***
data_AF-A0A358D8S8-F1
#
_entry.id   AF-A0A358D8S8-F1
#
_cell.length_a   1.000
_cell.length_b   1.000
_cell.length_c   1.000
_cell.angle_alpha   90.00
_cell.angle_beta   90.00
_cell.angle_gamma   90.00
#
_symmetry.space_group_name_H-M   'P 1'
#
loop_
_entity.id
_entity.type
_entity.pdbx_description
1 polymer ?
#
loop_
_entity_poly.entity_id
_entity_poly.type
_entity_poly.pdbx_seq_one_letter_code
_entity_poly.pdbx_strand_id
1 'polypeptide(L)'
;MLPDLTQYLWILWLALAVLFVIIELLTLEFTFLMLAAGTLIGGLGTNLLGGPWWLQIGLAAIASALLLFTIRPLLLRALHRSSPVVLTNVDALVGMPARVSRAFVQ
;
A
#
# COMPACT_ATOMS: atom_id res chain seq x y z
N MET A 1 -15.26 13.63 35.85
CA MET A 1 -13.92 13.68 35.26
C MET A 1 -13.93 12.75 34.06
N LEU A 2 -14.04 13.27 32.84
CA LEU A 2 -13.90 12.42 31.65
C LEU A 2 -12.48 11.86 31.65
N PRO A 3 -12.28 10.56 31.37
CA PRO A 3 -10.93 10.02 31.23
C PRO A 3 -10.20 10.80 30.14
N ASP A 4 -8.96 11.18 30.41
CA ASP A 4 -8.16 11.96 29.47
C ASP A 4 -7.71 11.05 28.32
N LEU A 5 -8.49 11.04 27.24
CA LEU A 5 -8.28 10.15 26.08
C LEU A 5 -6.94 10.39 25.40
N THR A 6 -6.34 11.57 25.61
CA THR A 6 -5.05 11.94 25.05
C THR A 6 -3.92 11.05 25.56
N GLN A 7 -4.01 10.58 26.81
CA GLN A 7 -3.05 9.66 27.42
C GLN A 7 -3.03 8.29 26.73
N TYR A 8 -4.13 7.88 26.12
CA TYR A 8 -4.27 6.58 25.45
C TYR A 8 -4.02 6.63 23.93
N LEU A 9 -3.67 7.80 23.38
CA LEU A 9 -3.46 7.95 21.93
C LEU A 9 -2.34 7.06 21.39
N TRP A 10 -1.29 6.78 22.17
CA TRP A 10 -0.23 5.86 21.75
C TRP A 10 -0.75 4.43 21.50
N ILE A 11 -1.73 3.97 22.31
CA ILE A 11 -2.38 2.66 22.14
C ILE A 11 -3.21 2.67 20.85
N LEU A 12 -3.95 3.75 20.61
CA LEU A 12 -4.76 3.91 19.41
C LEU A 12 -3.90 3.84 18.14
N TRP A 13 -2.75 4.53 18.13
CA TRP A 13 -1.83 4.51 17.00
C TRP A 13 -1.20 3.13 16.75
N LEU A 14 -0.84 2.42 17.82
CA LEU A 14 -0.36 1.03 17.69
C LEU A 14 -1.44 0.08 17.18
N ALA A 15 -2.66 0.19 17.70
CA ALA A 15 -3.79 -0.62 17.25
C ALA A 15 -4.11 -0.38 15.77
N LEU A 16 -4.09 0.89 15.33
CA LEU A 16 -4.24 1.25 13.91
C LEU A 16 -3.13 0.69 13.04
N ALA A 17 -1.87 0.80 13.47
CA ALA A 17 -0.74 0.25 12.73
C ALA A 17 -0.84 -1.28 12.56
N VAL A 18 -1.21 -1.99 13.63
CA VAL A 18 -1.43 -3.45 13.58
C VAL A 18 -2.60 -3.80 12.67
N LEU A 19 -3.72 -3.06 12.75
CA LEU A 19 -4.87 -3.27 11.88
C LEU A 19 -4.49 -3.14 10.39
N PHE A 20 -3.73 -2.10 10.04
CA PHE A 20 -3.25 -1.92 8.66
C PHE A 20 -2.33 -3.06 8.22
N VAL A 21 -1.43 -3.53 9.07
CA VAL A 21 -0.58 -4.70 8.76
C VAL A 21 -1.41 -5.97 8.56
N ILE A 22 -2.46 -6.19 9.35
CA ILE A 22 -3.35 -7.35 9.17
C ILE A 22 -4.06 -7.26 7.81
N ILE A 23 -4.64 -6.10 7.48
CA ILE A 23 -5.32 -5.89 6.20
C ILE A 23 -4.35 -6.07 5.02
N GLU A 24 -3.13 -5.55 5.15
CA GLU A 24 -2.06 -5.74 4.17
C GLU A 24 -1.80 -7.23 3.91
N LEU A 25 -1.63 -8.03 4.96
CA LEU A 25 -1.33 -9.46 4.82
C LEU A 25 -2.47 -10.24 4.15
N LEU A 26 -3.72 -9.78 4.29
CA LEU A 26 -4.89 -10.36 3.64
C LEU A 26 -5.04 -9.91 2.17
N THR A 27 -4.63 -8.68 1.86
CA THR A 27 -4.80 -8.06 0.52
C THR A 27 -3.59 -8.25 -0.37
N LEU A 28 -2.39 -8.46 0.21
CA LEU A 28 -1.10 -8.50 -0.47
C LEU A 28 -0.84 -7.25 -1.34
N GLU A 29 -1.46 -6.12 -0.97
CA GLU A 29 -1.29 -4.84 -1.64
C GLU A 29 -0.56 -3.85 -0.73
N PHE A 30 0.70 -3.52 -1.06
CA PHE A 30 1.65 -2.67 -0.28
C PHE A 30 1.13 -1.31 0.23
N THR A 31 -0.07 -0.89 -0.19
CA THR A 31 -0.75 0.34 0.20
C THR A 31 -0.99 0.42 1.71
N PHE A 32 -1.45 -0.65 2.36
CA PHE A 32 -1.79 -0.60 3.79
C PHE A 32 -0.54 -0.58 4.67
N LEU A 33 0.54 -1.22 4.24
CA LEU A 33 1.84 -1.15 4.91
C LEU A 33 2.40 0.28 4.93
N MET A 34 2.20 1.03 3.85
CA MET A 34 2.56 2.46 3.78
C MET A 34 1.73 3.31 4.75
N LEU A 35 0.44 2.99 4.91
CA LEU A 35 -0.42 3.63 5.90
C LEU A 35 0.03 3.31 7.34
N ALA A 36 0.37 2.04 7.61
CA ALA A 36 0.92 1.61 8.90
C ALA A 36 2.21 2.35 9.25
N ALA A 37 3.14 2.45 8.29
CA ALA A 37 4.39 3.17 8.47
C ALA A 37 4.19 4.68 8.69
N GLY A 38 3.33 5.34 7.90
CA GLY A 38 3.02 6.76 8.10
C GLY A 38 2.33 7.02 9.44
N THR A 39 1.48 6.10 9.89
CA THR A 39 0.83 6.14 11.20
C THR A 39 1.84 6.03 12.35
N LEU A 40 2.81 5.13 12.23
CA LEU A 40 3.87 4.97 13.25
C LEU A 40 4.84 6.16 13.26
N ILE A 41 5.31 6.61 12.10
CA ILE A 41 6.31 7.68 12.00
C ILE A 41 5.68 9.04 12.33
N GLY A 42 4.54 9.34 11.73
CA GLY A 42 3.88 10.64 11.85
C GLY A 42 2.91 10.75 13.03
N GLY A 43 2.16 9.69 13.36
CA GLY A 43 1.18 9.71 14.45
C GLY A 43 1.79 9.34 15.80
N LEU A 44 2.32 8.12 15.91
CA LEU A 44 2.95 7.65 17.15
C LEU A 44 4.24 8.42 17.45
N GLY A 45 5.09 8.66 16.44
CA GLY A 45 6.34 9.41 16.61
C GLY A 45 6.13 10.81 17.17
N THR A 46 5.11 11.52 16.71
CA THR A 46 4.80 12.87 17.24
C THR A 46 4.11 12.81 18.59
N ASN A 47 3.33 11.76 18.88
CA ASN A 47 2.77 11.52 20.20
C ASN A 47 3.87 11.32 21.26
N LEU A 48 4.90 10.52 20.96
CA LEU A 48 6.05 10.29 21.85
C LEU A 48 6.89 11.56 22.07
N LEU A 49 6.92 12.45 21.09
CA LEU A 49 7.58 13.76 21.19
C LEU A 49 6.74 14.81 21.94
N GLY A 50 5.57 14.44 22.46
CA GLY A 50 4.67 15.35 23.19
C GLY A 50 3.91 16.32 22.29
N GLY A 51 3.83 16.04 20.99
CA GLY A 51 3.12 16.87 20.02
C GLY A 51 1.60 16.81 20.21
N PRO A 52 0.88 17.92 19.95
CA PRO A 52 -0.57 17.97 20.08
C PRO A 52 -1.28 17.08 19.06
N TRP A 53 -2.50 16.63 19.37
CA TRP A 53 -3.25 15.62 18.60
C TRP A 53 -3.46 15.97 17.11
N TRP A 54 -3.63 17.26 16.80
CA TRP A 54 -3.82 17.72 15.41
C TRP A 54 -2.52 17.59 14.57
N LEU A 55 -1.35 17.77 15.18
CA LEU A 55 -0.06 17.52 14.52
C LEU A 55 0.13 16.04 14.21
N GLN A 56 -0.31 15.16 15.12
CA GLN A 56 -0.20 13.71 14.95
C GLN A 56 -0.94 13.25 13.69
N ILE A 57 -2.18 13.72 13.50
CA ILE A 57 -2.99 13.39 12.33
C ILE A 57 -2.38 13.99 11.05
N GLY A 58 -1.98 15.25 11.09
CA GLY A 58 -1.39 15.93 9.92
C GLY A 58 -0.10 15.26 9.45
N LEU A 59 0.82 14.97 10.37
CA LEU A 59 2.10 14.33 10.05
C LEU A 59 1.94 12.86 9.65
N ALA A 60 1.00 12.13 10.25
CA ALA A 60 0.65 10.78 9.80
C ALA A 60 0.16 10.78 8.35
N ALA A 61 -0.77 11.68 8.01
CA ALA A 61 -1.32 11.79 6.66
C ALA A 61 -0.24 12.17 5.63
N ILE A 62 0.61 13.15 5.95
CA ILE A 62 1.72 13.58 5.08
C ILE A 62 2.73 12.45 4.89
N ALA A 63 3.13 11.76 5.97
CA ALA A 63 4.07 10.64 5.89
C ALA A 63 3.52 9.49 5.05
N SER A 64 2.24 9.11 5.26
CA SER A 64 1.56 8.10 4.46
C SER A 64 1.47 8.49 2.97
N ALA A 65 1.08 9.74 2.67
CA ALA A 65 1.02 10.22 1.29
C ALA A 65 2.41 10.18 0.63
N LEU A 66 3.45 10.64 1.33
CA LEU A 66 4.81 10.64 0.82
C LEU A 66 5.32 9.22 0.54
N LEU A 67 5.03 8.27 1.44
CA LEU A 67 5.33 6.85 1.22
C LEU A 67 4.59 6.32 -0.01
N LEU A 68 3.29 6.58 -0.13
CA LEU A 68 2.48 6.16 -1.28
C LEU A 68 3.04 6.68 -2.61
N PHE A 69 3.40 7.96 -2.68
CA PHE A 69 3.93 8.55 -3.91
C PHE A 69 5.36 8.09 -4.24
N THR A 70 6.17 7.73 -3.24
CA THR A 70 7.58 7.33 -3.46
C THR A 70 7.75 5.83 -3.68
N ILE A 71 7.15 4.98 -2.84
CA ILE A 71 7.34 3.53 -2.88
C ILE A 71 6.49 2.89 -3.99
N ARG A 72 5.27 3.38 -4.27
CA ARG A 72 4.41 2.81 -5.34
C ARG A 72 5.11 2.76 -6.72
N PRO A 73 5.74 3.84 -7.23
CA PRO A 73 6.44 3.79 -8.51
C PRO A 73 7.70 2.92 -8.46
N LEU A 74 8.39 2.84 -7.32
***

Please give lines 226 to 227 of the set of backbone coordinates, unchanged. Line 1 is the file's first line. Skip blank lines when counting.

N LEU A 66 3.45 10.64 1.33
CA LEU A 66 4.81 10.64 0.82